Continuous Performance: Going to the Cinema a Hundred Years Ago is an exhibition marking the centenary of cinema-going in Britain. Well, we can argue the point whether 1909-2009 is any real sort of centenary, since pedants like me would point to the first British cinemas having appeared in London in 1906 (specifically, the Daily Bioscope opposite Liverpool Street Station gets my vote as cinema no. 1), but 1909 was undoubtedly the year when the phenomenon undoubtedly took off in a huge way and started to make such a great impact upon society.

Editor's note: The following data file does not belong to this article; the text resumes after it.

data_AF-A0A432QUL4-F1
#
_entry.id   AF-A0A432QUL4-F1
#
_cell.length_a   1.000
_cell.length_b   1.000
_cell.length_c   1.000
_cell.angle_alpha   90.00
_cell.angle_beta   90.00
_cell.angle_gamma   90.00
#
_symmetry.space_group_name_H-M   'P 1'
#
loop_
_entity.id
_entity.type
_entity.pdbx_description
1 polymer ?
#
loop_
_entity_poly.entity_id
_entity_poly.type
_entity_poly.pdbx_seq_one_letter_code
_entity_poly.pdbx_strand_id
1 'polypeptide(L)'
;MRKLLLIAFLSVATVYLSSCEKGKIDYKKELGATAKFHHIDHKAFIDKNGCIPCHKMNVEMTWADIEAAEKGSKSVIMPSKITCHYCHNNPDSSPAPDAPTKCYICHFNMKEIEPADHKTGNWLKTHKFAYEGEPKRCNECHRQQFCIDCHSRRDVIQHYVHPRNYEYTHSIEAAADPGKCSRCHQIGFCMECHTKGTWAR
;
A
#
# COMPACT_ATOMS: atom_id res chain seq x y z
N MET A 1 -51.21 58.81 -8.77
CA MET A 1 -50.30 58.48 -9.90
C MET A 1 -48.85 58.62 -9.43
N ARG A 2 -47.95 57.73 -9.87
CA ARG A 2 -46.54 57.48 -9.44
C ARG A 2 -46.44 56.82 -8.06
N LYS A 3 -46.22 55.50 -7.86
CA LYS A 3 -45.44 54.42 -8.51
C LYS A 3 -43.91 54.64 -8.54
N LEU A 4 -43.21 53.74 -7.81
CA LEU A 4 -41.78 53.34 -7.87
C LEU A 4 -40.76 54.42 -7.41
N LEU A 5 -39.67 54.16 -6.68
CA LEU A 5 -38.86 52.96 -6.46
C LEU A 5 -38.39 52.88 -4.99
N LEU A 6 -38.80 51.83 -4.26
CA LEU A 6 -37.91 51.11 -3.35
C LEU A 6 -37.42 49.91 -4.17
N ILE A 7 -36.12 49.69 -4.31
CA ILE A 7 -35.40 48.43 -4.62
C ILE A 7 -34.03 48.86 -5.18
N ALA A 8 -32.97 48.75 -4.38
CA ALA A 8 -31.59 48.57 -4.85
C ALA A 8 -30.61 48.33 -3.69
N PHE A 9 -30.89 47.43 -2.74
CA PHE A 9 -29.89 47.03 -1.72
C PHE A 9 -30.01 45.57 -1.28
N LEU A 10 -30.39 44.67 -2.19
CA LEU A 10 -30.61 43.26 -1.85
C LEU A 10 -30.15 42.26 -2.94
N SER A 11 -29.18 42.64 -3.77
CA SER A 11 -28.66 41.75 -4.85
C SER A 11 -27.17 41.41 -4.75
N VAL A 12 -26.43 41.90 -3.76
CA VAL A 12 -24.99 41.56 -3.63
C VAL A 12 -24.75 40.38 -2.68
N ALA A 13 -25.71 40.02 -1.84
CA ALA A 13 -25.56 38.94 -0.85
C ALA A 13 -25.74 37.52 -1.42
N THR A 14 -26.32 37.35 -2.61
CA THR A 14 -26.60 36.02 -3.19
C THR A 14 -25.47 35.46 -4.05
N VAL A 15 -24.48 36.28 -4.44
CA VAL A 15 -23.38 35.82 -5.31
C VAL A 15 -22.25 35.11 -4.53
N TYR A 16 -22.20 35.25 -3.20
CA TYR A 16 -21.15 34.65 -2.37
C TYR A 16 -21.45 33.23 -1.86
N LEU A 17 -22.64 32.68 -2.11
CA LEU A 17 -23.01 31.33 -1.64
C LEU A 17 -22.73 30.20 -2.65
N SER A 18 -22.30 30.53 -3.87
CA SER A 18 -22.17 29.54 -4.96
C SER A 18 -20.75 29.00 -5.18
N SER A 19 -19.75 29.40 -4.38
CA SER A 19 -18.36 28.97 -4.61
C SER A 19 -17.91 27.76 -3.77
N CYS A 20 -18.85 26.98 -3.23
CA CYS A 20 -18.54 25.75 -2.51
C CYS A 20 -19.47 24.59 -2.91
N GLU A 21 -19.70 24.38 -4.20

The exhibition is taking place at the Templeman Library, University of Kent, Canterbury, as part of the Canterbury Festival. The exhibition celebrates the first film shows and their audiences through cameras, projectors, books, photographs, fan magazines, and other ephemera from the early years of the cinema. The exhibition has been put together by Dr Nicholas Hiley, head of the university’s world-renowned British Cartoon Archive and a great collector of early cinema apparatus and memorabilia. The Bioscope plans to visit the exhibition soon and to review it in detail, but as that may take a week or two as yet, do note that it is open Friday 2 Oct – Friday 6 Nov, Mon-Fri 8.45am – 10pm, Sat-Sun 12pm – 7pm. Admission is free, and you get to visit the fair city of Canterbury into the bargain.